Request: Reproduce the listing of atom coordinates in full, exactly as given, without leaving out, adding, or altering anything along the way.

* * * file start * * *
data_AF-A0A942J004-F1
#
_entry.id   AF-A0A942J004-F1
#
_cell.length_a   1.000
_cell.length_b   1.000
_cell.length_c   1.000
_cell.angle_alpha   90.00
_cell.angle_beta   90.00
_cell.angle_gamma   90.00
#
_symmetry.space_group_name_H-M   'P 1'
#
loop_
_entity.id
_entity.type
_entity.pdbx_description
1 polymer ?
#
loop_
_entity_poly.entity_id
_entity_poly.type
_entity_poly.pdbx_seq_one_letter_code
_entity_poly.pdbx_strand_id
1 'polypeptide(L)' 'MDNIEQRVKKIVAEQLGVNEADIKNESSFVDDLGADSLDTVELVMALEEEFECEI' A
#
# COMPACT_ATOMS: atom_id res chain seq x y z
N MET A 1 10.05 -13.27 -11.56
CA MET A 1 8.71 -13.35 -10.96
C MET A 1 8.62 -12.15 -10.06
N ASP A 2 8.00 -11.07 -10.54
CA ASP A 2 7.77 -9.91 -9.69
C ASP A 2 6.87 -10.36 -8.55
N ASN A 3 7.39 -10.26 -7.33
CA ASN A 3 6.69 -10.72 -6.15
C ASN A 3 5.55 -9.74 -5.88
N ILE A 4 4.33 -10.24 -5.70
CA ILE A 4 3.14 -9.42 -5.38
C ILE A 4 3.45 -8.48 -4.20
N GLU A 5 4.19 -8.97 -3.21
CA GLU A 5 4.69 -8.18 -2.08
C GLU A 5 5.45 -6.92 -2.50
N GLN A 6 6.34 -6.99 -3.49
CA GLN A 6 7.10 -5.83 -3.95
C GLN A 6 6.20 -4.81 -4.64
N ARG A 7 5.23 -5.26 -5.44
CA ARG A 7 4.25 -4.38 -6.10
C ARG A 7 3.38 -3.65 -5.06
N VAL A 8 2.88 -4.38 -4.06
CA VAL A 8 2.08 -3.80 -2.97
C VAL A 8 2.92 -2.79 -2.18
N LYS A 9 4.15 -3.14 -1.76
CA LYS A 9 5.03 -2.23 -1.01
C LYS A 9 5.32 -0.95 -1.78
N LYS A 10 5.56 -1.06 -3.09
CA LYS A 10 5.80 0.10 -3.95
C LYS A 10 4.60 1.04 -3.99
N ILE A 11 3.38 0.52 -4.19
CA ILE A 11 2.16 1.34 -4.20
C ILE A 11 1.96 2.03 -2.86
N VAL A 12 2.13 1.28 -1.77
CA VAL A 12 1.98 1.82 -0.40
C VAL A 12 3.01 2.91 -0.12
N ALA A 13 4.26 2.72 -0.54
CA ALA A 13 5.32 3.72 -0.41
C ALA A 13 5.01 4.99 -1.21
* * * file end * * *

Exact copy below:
data_AF-A0A942J004-F1
#
_entry.id   AF-A0A942J004-F1
#
_cell.length_a   1.000
_cell.length_b   1.000
_cell.length_c   1.000
_cell.angle_alpha   90.00
_cell.angle_beta   90.00
_cell.angle_gamma   90.00
#
_symmetry.space_group_name_H-M   'P 1'
#
loop_
_entity.id
_entity.type
_entity.pdbx_description
1 polymer ?
#
loop_
_entity_poly.entity_id
_entity_poly.type
_entity_poly.pdbx_seq_one_letter_code
_entity_poly.pdbx_strand_id
1 'polypeptide(L)' 'MDNIEQRVKKIVAEQLGVNEADIKNESSFVDDLGADSLDTVELVMALEEEFECEI' A
#
# COMPACT_ATOMS: atom_id res chain seq x y z
N MET A 1 10.05 -13.27 -11.56
CA MET A 1 8.71 -13.35 -10.96
C MET A 1 8.62 -12.15 -10.06
N ASP A 2 8.00 -11.07 -10.54
CA ASP A 2 7.77 -9.91 -9.69
C ASP A 2 6.87 -10.36 -8.55
N ASN A 3 7.39 -10.26 -7.33
CA ASN A 3 6.69 -10.72 -6.15
C ASN A 3 5.55 -9.74 -5.88
N ILE A 4 4.33 -10.24 -5.70
CA ILE A 4 3.14 -9.42 -5.38
C ILE A 4 3.45 -8.48 -4.20
N GLU A 5 4.19 -8.97 -3.21
CA GLU A 5 4.69 -8.18 -2.08
C GLU A 5 5.45 -6.92 -2.50
N GLN A 6 6.34 -6.99 -3.49
CA GLN A 6 7.10 -5.83 -3.95
C GLN A 6 6.20 -4.81 -4.64
N ARG A 7 5.23 -5.26 -5.44
CA ARG A 7 4.25 -4.38 -6.10
C ARG A 7 3.38 -3.65 -5.06
N VAL A 8 2.88 -4.38 -4.06
CA VAL A 8 2.08 -3.80 -2.97
C VAL A 8 2.92 -2.79 -2.18
N LYS A 9 4.15 -3.14 -1.76
CA LYS A 9 5.03 -2.23 -1.01
C LYS A 9 5.32 -0.95 -1.78
N LYS A 10 5.56 -1.06 -3.09
CA LYS A 10 5.80 0.10 -3.95
C LYS A 10 4.60 1.04 -3.99
N ILE A 11 3.38 0.52 -4.19
CA ILE A 11 2.16 1.34 -4.20
C ILE A 11 1.96 2.03 -2.86
N VAL A 12 2.13 1.28 -1.77
CA VAL A 12 1.98 1.82 -0.40
C VAL A 12 3.01 2.91 -0.12
N ALA A 13 4.26 2.72 -0.54
CA ALA A 13 5.32 3.72 -0.41
C ALA A 13 5.01 4.99 -1.21